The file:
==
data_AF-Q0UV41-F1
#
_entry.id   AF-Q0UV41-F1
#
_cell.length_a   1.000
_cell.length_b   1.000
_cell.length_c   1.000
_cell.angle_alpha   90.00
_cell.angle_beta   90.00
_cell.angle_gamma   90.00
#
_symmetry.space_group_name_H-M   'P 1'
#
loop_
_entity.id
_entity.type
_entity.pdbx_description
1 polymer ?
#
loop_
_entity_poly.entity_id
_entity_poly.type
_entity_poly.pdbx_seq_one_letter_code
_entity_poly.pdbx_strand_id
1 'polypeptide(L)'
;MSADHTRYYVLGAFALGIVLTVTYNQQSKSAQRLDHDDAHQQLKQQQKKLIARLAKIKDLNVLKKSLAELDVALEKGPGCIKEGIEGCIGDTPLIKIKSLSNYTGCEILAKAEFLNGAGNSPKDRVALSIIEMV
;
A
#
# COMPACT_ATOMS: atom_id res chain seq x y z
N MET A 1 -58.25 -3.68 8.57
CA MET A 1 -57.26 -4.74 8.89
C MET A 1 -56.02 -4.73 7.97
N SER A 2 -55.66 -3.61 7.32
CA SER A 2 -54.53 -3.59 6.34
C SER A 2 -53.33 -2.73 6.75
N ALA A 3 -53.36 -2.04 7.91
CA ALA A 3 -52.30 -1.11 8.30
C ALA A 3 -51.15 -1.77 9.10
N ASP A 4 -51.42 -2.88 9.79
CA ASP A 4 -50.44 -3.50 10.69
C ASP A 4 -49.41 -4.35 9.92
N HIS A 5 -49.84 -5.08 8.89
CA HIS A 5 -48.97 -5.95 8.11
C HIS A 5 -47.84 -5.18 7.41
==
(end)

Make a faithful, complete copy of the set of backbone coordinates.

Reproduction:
data_AF-Q0UV41-F1
#
_entry.id   AF-Q0UV41-F1
#
_cell.length_a   1.000
_cell.length_b   1.000
_cell.length_c   1.000
_cell.angle_alpha   90.00
_cell.angle_beta   90.00
_cell.angle_gamma   90.00
#
_symmetry.space_group_name_H-M   'P 1'
#
loop_
_entity.id
_entity.type
_entity.pdbx_description
1 polymer ?
#
loop_
_entity_poly.entity_id
_entity_poly.type
_entity_poly.pdbx_seq_one_letter_code
_entity_poly.pdbx_strand_id
1 'polypeptide(L)'
;MSADHTRYYVLGAFALGIVLTVTYNQQSKSAQRLDHDDAHQQLKQQQKKLIARLAKIKDLNVLKKSLAELDVALEKGPGCIKEGIEGCIGDTPLIKIKSLSNYTGCEILAKAEFLNGAGNSPKDRVALSIIEMV
;
A
#
# COMPACT_ATOMS: atom_id res chain seq x y z
N MET A 1 -58.25 -3.68 8.57
CA MET A 1 -57.26 -4.74 8.89
C MET A 1 -56.02 -4.73 7.97
N SER A 2 -55.66 -3.61 7.32
CA SER A 2 -54.53 -3.59 6.34
C SER A 2 -53.33 -2.73 6.75
N ALA A 3 -53.36 -2.04 7.91
CA ALA A 3 -52.30 -1.11 8.30
C ALA A 3 -51.15 -1.77 9.10
N ASP A 4 -51.42 -2.88 9.79
CA ASP A 4 -50.44 -3.50 10.69
C ASP A 4 -49.41 -4.35 9.92
N HIS A 5 -49.84 -5.08 8.89
CA HIS A 5 -48.97 -5.95 8.11
C HIS A 5 -47.84 -5.18 7.41